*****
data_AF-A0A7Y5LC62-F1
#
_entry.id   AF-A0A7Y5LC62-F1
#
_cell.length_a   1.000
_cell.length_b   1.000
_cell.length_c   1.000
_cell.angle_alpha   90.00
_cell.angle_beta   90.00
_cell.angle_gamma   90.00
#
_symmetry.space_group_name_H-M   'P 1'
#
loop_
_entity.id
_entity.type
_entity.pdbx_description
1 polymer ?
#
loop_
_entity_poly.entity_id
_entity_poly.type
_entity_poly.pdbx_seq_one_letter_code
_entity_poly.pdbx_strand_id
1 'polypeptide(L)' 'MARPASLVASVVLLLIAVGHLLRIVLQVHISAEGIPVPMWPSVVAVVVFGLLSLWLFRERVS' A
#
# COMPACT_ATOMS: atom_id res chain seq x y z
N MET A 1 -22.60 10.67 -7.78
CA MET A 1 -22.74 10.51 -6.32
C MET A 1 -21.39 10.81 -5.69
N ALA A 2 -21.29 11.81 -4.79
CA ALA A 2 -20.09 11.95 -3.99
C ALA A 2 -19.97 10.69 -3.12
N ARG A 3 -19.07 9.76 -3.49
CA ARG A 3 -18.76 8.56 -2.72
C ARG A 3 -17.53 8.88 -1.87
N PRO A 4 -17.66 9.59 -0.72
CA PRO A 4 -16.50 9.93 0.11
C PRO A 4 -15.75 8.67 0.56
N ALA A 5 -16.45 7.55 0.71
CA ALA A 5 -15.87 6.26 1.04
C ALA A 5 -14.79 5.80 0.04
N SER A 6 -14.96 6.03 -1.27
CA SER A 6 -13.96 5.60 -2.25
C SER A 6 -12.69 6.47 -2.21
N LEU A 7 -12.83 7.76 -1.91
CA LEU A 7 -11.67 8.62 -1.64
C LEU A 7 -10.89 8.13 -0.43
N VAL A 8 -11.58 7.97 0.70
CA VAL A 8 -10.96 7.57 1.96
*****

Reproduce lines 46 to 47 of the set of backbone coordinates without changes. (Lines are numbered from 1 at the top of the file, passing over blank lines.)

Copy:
N LEU A 7 -12.83 7.76 -1.91
CA LEU A 7 -11.67 8.62 -1.64